By David Sims|
EOS Science Writer
February 13, 2009
Editors and reporters: Andrew Rosenberg can be reached by cell phone at 603-767-9501 or by e-mail, firstname.lastname@example.org.
DURHAM, N.H. -- In contrast to the litany of woes normally heard about the state of U.S. fish stocks, University of New Hampshire professor Andrew Rosenberg will outline some fisheries management "success stories" at the American Association for the Advancement of Science annual meeting in Chicago.
Rosenberg, director of the Ocean Process Analysis Laboratory at the UNH Institute for the Study of Earth, Oceans, and Space, will present "Progress in Rebuilding U.S. Fisheries" at a news briefing on Friday, Feb. 13 at 10 a.m.
"Rebuilding programs for fisheries can work and we have actually seen recoveries for some stocks," says Rosenberg, who is the former deputy director of the National Oceanic and Atmospheric Administration's National Marine Fisheries Service.
According to Rosenberg, given that the biomass of 48 percent of stocks is increasing, it's clear that if overfishing ends stocks will begin to recover.
"So the basic science behind the rebuilding programs isn't just theory, it works," says Rosenberg adding, "and we've had some real success in New England even though people point to the region as the poster child for fisheries collapse. We've had remarkable recovery in haddock and sea scallops, and other stocks are increasing."
The North Sea and some areas of the U.S. West Coast are also seeing real recovery. However, Rosenberg points out, one part that's often missing in the success stories is the restructuring of the fishing industry itself, which needs to occur in tandem with a recovered stock.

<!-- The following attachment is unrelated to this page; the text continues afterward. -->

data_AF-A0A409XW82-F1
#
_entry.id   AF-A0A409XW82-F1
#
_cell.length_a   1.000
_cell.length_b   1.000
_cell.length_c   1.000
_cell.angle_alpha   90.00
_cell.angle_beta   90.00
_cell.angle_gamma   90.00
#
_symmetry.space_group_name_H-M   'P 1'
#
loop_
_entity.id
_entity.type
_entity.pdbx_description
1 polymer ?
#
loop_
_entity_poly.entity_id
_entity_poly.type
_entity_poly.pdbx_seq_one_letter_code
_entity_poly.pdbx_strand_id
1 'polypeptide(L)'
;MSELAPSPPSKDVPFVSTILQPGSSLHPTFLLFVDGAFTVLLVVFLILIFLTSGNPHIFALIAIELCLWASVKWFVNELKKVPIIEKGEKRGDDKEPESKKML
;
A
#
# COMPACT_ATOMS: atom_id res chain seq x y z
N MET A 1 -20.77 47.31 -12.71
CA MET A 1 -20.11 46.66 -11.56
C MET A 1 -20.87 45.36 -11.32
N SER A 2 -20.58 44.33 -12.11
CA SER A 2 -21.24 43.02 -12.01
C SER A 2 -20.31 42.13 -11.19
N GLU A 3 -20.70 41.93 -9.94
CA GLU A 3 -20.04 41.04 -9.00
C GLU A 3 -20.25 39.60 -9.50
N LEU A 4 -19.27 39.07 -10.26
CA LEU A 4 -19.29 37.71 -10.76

"In some cases you've got more fish but the industry is still struggling, and that's largely because people want things to go back to the way they were in 1970s or 1980s. That's not happening and it's never going to happen," says Rosenberg, who also served as the NMFS Northeast Regional Administrator from 1995 to 1998.
He adds, "The simple message out of this is that the recovery of human communities is much more difficult than the recovery of natural communities. There are lots of discussions going on about restructuring the way a fishery operates, which should then enable coastal communities to move toward sustainability, but that's the area that needs more focus."
At a Census of Marine Life session of the AAAS meeting, Rosenberg will also give a presentation on the importance of biodiversity as an indicator of ecosystem health - an important factor for policymakers to consider as they seek to implement an ecosystem-based approach to management.